Since my childhood, whenever we would climb down the Agumbe ghats to enter hot sultry Mangalore, we would have a customary, compulsory stop at Padiyar mam’s vada stall. Through globalization and commercialization, the stall, which actually is rather a fancy name for a tin pushcart with plastic sheets hung across to prevent the drizzle, remained the same. Rows of cars, bikes and buses would be parked across the already small, winding road. Weary passengers who would climb down to stretch their legs would invariably be drawn towards the stall and the tasty aroma emanating from there.

The USP of the stall though, was without doubt its owner. Mr. Padiyar, who knew each and every customer by name, somehow with great clarity remember where each one’s child was studying or getting married. It somehow made you feel as if you had wandered into an indulgent uncle’s house in your neighborhood.

And the vadas. Exactly the same taste year after year, decade after decade. No expansion of the menu, no fancy improvements of the stall and no HR people. It was a sort of niche place, with only one item which was world class. Whenever we would go, he would en quire about our education, how our parents and far flung relatives were faring, and introduce us whomsoever around was interested in listening to his banter. As a teenager, this used to embarrass me greatly, but not enough to forgo the vadas! I would mutter under my breath as to why he could not just leave me alone. Every single time when we passed the ghats by bus,(which was, I am ashamed to say, was quite often, given the extent of my homesickness!), I remember, I wouldn’t go home, without the vadas sitting comfortably in my stomach.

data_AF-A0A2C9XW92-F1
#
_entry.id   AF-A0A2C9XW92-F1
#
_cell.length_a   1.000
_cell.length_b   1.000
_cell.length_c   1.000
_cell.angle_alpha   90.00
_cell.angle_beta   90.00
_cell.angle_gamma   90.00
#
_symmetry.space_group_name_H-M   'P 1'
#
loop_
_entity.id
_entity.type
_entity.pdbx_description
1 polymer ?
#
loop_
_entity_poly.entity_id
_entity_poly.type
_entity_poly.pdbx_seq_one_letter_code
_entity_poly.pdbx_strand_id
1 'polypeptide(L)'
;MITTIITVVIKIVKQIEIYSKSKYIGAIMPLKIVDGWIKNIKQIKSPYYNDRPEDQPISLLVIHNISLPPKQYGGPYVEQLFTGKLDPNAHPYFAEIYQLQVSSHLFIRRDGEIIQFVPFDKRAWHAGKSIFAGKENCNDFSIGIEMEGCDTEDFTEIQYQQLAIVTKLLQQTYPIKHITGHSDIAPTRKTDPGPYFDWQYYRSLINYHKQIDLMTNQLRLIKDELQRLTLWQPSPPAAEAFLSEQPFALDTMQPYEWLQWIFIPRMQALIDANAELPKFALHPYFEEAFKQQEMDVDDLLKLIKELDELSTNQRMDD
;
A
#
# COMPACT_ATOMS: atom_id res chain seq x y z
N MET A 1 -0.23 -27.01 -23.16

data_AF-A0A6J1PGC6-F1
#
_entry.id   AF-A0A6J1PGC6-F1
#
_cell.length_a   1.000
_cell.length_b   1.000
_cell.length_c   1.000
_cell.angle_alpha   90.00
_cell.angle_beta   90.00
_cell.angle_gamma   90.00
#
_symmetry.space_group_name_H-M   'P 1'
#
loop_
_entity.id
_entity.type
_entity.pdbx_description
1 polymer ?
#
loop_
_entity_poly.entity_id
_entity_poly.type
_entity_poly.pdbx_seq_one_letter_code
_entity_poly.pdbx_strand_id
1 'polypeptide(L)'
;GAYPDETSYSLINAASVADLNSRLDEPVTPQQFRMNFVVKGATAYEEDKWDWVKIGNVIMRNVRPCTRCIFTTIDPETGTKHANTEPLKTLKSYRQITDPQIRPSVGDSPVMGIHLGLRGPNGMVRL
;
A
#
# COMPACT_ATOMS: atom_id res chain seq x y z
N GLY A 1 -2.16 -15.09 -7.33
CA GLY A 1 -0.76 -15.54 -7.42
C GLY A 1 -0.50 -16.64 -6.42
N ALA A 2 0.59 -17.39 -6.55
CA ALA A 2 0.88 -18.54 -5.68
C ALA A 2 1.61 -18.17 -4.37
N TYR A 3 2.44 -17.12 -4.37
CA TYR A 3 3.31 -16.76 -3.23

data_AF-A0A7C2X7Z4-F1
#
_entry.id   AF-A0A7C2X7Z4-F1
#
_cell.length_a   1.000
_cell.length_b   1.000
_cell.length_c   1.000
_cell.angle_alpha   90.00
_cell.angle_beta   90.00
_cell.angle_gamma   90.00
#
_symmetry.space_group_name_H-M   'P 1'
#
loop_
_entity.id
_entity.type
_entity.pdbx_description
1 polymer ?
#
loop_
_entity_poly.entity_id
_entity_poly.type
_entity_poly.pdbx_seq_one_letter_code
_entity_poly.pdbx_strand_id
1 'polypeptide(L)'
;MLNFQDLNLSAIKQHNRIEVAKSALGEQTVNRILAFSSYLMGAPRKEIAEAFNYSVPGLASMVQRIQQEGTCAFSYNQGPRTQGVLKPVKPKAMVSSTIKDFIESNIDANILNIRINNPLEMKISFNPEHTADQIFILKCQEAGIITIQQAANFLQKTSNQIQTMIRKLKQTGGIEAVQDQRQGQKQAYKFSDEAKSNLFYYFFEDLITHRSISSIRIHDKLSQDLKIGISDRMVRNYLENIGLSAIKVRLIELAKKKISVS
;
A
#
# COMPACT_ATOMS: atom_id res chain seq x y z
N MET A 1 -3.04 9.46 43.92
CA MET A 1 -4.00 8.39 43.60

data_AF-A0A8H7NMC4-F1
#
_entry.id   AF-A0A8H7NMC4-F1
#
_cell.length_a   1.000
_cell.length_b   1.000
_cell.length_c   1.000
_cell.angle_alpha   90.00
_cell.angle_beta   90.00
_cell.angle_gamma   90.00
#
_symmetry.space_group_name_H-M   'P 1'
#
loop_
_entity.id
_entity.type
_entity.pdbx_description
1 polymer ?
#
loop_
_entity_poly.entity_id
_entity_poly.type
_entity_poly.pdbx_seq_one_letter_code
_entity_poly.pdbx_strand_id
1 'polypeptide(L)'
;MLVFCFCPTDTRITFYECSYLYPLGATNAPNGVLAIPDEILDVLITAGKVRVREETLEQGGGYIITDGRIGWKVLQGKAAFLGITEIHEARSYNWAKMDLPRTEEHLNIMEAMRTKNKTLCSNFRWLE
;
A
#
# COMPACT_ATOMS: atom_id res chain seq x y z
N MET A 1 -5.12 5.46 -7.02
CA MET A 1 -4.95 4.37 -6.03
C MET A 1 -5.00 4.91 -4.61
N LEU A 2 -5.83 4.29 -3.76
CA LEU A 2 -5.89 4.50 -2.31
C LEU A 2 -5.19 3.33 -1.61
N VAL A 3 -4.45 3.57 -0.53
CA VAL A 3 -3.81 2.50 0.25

After my MBBS , I went to Mangalore quite less. Though the trips were less frequent,when we would occasionally pass by for a wedding, a meeting or a conference, we would eagerly look forward to the stall being open. Padiyar maam (mam,which meant uncle in Konkani and kannada) would always remember. It was like homecoming. What was irritating earlier, seemed like warmth later on. He would have ten conversations side by side with different customers, but still manage to remember them all! We got to know that with this tiny business, he had managed to educate his son and daughter, who were in excellent positions. When a patron questioned him as whether he would close down to go and stay with his son, he nixed it aggressively. This is what he loved, he said, and what he would do till the end!

I met him about a fortnight ago, on my way to Manipal. Little did I know that it would be the last time. A week later he was admitted to a hospital in Shimoga with fever and delirium. It was so sad to see him and realize that he was unable to recognize anyone, let alone the thousands of friends he had made over the years. In a span of one week, he deteriorated, was diagnosed to be having a rare disease, and died. It was unbelievable. Someone whom I had seen hale and hearty, and in the pink of health , suddenly disappeared.

I never imagined that I would experience a deep sense of loss about his death. After all, he was not related to me, nor was I in constant touch with him. But feel sad, I did. I could not shake off that heavy feeling through the day. Later on, I happened to see  condolence messages on whatssapp and facebook, and realized that so many more must have felt the same about him.

He was an integral part of the travelling experience. Somehow the forest and the landscape feel incomplete without him, the hungry traveler bereft. The eager wait for a few minutes respite, a soul warming snack , and comforting conversation is no more going to happen. Padiyar maam, we miss you. RIP!

a whatsapp pic of padiyar maam
a whatsapp pic of padiyar maam